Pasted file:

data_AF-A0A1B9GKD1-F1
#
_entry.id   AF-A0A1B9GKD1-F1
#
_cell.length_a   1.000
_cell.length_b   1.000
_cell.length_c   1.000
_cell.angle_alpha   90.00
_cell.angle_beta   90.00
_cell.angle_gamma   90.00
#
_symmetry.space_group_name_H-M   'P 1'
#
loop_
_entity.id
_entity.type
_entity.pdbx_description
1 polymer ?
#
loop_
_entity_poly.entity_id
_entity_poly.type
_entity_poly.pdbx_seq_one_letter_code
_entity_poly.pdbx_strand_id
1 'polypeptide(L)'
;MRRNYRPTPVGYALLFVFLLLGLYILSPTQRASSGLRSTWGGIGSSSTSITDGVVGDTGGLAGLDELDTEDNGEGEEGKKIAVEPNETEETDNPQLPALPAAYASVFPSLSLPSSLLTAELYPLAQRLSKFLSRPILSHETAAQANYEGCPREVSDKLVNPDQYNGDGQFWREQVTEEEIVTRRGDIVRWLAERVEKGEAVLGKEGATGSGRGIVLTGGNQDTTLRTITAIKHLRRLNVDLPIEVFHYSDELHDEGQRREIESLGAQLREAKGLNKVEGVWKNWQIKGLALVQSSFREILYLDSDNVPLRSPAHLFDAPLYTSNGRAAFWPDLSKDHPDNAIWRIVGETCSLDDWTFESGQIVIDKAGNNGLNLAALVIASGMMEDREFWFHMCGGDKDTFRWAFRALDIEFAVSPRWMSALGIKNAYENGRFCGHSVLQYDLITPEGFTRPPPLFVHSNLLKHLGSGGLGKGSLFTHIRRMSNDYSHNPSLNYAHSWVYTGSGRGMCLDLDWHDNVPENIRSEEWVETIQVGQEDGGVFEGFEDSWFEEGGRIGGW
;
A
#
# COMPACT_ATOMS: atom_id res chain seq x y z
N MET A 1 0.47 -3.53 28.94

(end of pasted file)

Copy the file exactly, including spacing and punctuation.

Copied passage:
data_AF-A0A1B9GKD1-F1
#
_entry.id   AF-A0A1B9GKD1-F1
#
_cell.length_a   1.000
_cell.length_b   1.000
_cell.length_c   1.000
_cell.angle_alpha   90.00
_cell.angle_beta   90.00
_cell.angle_gamma   90.00
#
_symmetry.space_group_name_H-M   'P 1'
#
loop_
_entity.id
_entity.type
_entity.pdbx_description
1 polymer ?
#
loop_
_entity_poly.entity_id
_entity_poly.type
_entity_poly.pdbx_seq_one_letter_code
_entity_poly.pdbx_strand_id
1 'polypeptide(L)'
;MRRNYRPTPVGYALLFVFLLLGLYILSPTQRASSGLRSTWGGIGSSSTSITDGVVGDTGGLAGLDELDTEDNGEGEEGKKIAVEPNETEETDNPQLPALPAAYASVFPSLSLPSSLLTAELYPLAQRLSKFLSRPILSHETAAQANYEGCPREVSDKLVNPDQYNGDGQFWREQVTEEEIVTRRGDIVRWLAERVEKGEAVLGKEGATGSGRGIVLTGGNQDTTLRTITAIKHLRRLNVDLPIEVFHYSDELHDEGQRREIESLGAQLREAKGLNKVEGVWKNWQIKGLALVQSSFREILYLDSDNVPLRSPAHLFDAPLYTSNGRAAFWPDLSKDHPDNAIWRIVGETCSLDDWTFESGQIVIDKAGNNGLNLAALVIASGMMEDREFWFHMCGGDKDTFRWAFRALDIEFAVSPRWMSALGIKNAYENGRFCGHSVLQYDLITPEGFTRPPPLFVHSNLLKHLGSGGLGKGSLFTHIRRMSNDYSHNPSLNYAHSWVYTGSGRGMCLDLDWHDNVPENIRSEEWVETIQVGQEDGGVFEGFEDSWFEEGGRIGGW
;
A
#
# COMPACT_ATOMS: atom_id res chain seq x y z
N MET A 1 0.47 -3.53 28.94